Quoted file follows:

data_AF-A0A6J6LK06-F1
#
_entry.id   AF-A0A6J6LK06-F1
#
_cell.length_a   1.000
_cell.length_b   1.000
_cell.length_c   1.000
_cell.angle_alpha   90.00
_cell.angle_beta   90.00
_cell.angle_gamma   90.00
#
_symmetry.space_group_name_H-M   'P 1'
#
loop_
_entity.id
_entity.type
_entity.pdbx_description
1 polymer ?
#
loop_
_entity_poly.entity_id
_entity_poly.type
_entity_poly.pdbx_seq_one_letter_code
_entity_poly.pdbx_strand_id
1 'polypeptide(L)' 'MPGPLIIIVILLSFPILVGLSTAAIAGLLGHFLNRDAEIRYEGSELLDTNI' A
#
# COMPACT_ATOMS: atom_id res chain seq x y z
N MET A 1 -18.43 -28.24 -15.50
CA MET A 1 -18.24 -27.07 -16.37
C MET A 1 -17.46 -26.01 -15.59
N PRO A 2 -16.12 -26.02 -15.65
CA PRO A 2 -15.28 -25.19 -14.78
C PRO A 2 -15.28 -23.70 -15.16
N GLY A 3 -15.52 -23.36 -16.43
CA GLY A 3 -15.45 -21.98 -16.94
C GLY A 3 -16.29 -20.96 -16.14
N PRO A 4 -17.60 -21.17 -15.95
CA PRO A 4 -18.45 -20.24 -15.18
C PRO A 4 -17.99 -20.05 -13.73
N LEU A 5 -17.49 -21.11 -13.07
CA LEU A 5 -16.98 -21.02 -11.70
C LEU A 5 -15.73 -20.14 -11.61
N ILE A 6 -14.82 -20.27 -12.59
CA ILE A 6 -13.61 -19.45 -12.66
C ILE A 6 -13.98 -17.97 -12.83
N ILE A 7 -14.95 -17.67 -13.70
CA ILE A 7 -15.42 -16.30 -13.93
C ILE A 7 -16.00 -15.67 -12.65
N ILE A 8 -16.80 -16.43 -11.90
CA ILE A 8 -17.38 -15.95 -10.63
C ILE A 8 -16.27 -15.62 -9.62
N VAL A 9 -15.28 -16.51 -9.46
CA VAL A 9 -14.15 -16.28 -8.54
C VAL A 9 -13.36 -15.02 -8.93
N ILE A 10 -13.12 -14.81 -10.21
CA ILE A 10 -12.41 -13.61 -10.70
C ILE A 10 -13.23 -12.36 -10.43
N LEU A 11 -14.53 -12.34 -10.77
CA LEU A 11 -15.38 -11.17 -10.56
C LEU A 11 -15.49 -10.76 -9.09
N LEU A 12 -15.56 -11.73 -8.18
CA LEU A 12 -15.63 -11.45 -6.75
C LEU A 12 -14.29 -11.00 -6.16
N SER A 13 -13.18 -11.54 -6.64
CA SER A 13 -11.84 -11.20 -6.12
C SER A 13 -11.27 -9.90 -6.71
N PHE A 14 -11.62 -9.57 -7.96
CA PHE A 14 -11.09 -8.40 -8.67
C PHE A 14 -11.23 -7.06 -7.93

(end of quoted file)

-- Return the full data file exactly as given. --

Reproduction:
data_AF-A0A6J6LK06-F1
#
_entry.id   AF-A0A6J6LK06-F1
#
_cell.length_a   1.000
_cell.length_b   1.000
_cell.length_c   1.000
_cell.angle_alpha   90.00
_cell.angle_beta   90.00
_cell.angle_gamma   90.00
#
_symmetry.space_group_name_H-M   'P 1'
#
loop_
_entity.id
_entity.type
_entity.pdbx_description
1 polymer ?
#
loop_
_entity_poly.entity_id
_entity_poly.type
_entity_poly.pdbx_seq_one_letter_code
_entity_poly.pdbx_strand_id
1 'polypeptide(L)' 'MPGPLIIIVILLSFPILVGLSTAAIAGLLGHFLNRDAEIRYEGSELLDTNI' A
#
# COMPACT_ATOMS: atom_id res chain seq x y z
N MET A 1 -18.43 -28.24 -15.50
CA MET A 1 -18.24 -27.07 -16.37
C MET A 1 -17.46 -26.01 -15.59
N PRO A 2 -16.12 -26.02 -15.65
CA PRO A 2 -15.28 -25.19 -14.78
C PRO A 2 -15.28 -23.70 -15.16
N GLY A 3 -15.52 -23.36 -16.43
CA GLY A 3 -15.45 -21.98 -16.94
C GLY A 3 -16.29 -20.96 -16.14
N PRO A 4 -17.60 -21.17 -15.95
CA PRO A 4 -18.45 -20.24 -15.18
C PRO A 4 -17.99 -20.05 -13.73
N LEU A 5 -17.49 -21.11 -13.07
CA LEU A 5 -16.98 -21.02 -11.70
C LEU A 5 -15.73 -20.14 -11.61
N ILE A 6 -14.82 -20.27 -12.59
CA ILE A 6 -13.61 -19.45 -12.66
C ILE A 6 -13.98 -17.97 -12.83
N ILE A 7 -14.95 -17.67 -13.70
CA ILE A 7 -15.42 -16.30 -13.93
C ILE A 7 -16.00 -15.67 -12.65
N ILE A 8 -16.80 -16.43 -11.90
CA ILE A 8 -17.38 -15.95 -10.63
C ILE A 8 -16.27 -15.62 -9.62
N VAL A 9 -15.28 -16.51 -9.46
CA VAL A 9 -14.15 -16.28 -8.54
C VAL A 9 -13.36 -15.02 -8.93
N ILE A 10 -13.12 -14.81 -10.21
CA ILE A 10 -12.41 -13.61 -10.70
C ILE A 10 -13.23 -12.36 -10.43
N LEU A 11 -14.53 -12.34 -10.77
CA LEU A 11 -15.38 -11.17 -10.56
C LEU A 11 -15.49 -10.76 -9.09
N LEU A 12 -15.56 -11.73 -8.18
CA LEU A 12 -15.63 -11.45 -6.75
C LEU A 12 -14.29 -11.00 -6.16
N SER A 13 -13.18 -11.54 -6.64
CA SER A 13 -11.84 -11.20 -6.12
C SER A 13 -11.27 -9.90 -6.71
N PHE A 14 -11.62 -9.57 -7.96
CA PHE A 14 -11.09 -8.40 -8.67
C PHE A 14 -11.23 -7.06 -7.93